You can reduce the amount of Japanese boxwood by applying glyphosate, imazapyr, or a combination of both. But you must ensure that every last piece of the roots is dead or the plant will undoubtedly reemerge in the future.
Some people have ventured so far as to attempt to dig up the entire system of the Japanese knotweed’s roots. This can be very labor-intensive and, if you leave anything behind, potentially an exercise in futility. The nature and rate of the growth of this weed ensure that it will return.
Given the virile and aggressive nature of this plant, your best bet is to control any invasion before it starts. Get rid of these weeds while they’re young and their roots aren’t fully established. Proper preventative maintenance and lawn care practices, along with a certain degree of vigilance, are your best bet.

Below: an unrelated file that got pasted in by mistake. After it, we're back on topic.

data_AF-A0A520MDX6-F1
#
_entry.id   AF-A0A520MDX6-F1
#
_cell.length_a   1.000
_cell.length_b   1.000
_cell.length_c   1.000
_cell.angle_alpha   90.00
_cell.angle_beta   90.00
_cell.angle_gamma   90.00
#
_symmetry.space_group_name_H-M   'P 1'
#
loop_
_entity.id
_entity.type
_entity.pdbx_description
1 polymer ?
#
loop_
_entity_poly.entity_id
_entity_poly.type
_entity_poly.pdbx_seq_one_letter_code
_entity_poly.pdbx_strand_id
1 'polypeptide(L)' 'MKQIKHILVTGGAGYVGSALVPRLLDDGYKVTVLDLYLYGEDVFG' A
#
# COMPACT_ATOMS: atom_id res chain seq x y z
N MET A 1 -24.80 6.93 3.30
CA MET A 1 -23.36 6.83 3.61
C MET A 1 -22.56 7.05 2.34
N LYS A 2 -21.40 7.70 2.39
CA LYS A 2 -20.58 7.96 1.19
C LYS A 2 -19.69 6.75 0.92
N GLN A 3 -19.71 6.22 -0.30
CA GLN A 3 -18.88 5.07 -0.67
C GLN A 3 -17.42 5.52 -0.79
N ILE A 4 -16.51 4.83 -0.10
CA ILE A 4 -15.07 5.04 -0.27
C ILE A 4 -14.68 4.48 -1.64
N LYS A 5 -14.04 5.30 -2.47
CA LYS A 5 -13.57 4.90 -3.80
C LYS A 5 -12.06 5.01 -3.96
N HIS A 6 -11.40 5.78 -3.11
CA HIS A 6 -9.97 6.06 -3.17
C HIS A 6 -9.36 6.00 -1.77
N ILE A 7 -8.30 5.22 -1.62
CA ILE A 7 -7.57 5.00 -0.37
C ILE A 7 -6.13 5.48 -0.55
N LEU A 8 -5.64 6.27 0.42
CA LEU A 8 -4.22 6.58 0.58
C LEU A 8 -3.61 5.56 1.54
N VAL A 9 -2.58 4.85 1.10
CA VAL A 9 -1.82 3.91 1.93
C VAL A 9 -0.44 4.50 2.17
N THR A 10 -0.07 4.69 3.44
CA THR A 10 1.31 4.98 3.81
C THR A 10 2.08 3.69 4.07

Canada thistle, also known as creeping thistle or field thistle, is a perennial flowering plant that can grow up to 5 feet tall. They thrive in areas with moderate temperatures and where groundwater is plentiful.
The leaves of this perennial flowering weed are wavy and lobed. The edges of the leaves are covered with sharp yellow spines as a defense mechanism against foraging and grazing animals. You’ll also find a pronounced spine at the tip of each leaf.
The leaves shoot from the stalk that grows vertically from the soil and can be up to 6 inches long. The stalk does not have spines.
From late summer to early fall, Canada thistle produces pink or light purple flowers. The pink flowers are round and appear in clusters at the end of each branching stem. The heads of the flowers are about ¾ of an inch wide.